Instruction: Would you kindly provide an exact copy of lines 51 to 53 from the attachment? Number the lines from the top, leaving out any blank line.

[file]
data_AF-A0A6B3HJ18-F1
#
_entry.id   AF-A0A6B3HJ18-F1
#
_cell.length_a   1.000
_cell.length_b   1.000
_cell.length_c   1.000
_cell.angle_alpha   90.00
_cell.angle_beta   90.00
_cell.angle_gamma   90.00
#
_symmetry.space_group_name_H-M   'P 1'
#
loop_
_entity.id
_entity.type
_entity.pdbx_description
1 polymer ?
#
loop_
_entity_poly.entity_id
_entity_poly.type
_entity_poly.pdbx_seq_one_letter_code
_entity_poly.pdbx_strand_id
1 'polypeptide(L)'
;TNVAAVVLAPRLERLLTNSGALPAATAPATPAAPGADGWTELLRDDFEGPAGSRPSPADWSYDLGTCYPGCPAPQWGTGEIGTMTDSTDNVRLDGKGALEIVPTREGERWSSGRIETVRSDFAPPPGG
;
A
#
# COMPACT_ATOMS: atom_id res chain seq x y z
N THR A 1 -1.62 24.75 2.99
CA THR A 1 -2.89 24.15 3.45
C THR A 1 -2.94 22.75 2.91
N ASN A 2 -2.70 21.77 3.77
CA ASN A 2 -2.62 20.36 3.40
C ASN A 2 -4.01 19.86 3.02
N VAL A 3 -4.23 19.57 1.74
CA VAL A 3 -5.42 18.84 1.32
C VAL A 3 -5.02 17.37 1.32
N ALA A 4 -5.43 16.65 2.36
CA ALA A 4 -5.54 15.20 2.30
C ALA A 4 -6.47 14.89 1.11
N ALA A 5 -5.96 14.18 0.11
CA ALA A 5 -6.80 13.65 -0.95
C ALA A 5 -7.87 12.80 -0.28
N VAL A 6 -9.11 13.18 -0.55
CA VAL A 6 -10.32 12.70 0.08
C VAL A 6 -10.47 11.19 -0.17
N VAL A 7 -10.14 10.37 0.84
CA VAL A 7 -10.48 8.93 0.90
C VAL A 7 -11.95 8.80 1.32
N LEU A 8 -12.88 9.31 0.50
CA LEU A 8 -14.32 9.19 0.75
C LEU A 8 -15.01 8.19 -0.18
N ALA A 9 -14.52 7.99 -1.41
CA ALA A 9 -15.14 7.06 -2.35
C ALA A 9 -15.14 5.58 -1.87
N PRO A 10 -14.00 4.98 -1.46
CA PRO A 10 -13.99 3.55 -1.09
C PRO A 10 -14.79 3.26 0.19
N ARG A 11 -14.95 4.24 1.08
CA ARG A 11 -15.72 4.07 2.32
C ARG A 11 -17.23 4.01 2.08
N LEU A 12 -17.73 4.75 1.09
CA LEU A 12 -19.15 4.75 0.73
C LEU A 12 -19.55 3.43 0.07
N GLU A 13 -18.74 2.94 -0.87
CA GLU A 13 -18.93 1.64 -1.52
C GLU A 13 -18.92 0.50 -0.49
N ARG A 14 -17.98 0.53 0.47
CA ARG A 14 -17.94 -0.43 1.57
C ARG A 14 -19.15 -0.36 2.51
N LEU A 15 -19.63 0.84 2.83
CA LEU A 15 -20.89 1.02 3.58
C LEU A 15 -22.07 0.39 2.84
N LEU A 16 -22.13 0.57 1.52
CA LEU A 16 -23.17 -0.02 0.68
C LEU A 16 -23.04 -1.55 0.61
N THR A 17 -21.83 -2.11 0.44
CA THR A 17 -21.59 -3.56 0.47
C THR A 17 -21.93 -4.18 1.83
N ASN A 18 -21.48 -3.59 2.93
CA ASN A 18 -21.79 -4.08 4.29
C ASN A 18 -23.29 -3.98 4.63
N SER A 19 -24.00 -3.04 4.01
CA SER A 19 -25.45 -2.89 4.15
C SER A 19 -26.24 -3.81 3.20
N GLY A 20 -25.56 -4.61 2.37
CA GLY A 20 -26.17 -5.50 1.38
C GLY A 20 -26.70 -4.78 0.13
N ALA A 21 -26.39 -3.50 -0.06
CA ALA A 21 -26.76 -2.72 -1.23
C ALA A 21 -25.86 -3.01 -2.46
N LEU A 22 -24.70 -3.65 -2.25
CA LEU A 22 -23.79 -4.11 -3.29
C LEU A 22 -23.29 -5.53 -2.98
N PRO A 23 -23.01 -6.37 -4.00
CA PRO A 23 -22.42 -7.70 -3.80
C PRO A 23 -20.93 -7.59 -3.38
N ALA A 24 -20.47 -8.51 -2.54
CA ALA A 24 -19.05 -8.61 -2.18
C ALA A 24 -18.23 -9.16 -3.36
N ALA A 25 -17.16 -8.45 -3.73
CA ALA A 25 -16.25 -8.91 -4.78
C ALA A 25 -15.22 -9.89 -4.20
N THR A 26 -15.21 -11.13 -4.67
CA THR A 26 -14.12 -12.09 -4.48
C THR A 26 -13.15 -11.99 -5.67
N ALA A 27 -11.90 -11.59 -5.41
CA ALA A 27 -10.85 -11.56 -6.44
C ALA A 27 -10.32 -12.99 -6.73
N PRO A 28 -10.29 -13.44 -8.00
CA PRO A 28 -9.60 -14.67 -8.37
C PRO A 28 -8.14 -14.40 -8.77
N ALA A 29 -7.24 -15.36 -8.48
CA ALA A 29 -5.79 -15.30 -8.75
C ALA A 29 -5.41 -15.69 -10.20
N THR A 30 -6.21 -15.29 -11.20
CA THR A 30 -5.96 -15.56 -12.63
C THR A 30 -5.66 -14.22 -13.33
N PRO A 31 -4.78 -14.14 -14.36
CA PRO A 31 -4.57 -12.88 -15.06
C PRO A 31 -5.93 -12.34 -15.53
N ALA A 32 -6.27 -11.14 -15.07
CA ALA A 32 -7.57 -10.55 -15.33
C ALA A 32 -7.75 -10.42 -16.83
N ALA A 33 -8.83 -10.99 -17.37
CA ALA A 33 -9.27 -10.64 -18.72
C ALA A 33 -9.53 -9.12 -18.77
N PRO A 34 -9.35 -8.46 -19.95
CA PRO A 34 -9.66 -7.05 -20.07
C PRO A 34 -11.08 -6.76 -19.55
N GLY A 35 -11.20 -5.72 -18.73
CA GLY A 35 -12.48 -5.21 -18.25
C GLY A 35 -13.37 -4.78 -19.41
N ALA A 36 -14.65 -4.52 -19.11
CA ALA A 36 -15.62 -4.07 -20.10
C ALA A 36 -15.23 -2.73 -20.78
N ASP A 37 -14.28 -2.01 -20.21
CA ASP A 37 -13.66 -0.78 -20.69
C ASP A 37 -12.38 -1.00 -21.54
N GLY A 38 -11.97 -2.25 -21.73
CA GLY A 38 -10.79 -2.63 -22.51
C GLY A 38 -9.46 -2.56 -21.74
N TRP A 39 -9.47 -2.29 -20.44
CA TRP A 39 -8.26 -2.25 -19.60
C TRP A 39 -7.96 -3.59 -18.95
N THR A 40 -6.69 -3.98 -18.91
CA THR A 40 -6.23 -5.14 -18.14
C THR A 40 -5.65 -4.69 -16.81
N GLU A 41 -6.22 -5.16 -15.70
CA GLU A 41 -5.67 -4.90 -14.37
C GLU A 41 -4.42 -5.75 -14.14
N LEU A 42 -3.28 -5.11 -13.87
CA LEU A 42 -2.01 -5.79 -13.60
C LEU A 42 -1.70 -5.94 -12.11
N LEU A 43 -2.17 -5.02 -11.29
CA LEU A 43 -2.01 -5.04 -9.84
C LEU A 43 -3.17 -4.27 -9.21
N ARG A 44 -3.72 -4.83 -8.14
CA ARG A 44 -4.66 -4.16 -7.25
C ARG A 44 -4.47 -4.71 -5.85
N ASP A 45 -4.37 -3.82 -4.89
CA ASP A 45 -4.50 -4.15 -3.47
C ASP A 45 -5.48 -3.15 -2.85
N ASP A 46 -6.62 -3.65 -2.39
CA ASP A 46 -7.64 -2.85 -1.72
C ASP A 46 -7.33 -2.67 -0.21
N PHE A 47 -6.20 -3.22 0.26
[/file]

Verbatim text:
C VAL A 7 -11.95 8.80 1.32
N LEU A 8 -12.88 9.31 0.50
CA LEU A 8 -14.32 9.19 0.75